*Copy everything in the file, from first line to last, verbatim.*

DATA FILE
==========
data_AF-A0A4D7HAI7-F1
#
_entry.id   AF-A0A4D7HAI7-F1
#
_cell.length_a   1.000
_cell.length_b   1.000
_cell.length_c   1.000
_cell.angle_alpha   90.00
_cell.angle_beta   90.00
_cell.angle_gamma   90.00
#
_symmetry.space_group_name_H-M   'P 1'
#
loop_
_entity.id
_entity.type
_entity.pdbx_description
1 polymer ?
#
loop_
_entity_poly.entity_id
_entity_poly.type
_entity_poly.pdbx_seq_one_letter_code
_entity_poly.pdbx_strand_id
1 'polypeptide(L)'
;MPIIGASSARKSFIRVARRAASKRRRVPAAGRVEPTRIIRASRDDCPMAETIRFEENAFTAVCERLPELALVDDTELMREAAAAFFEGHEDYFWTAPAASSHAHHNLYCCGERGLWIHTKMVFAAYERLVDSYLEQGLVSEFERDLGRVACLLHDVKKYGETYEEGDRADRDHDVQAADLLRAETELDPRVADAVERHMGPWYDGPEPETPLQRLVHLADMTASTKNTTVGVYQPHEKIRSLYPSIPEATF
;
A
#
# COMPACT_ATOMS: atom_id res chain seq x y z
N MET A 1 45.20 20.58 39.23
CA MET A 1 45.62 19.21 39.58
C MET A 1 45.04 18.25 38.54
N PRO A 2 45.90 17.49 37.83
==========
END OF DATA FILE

data_AF-A0A4D7HAI7-F1
#
_entry.id   AF-A0A4D7HAI7-F1
#
_cell.length_a   1.000
_cell.length_b   1.000
_cell.length_c   1.000
_cell.angle_alpha   90.00
_cell.angle_beta   90.00
_cell.angle_gamma   90.00
#
_symmetry.space_group_name_H-M   'P 1'
#
loop_
_entity.id
_entity.type
_entity.pdbx_description
1 polymer ?
#
loop_
_entity_poly.entity_id
_entity_poly.type
_entity_poly.pdbx_seq_one_letter_code
_entity_poly.pdbx_strand_id
1 'polypeptide(L)'
;MPIIGASSARKSFIRVARRAASKRRRVPAAGRVEPTRIIRASRDDCPMAETIRFEENAFTAVCERLPELALVDDTELMREAAAAFFEGHEDYFWTAPAASSHAHHNLYCCGERGLWIHTKMVFAAYERLVDSYLEQGLVSEFERDLGRVACLLHDVKKYGETYEEGDRADRDHDVQAADLLRAETELDPRVADAVERHMGPWYDGPEPETPLQRLVHLADMTASTKNTTVGVYQPHEKIRSLYPSIPEATF
;
A
#
# COMPACT_ATOMS: atom_id res chain seq x y z
N MET A 1 45.20 20.58 39.23
CA MET A 1 45.62 19.21 39.58
C MET A 1 45.04 18.25 38.54
N PRO A 2 45.90 17.49 37.83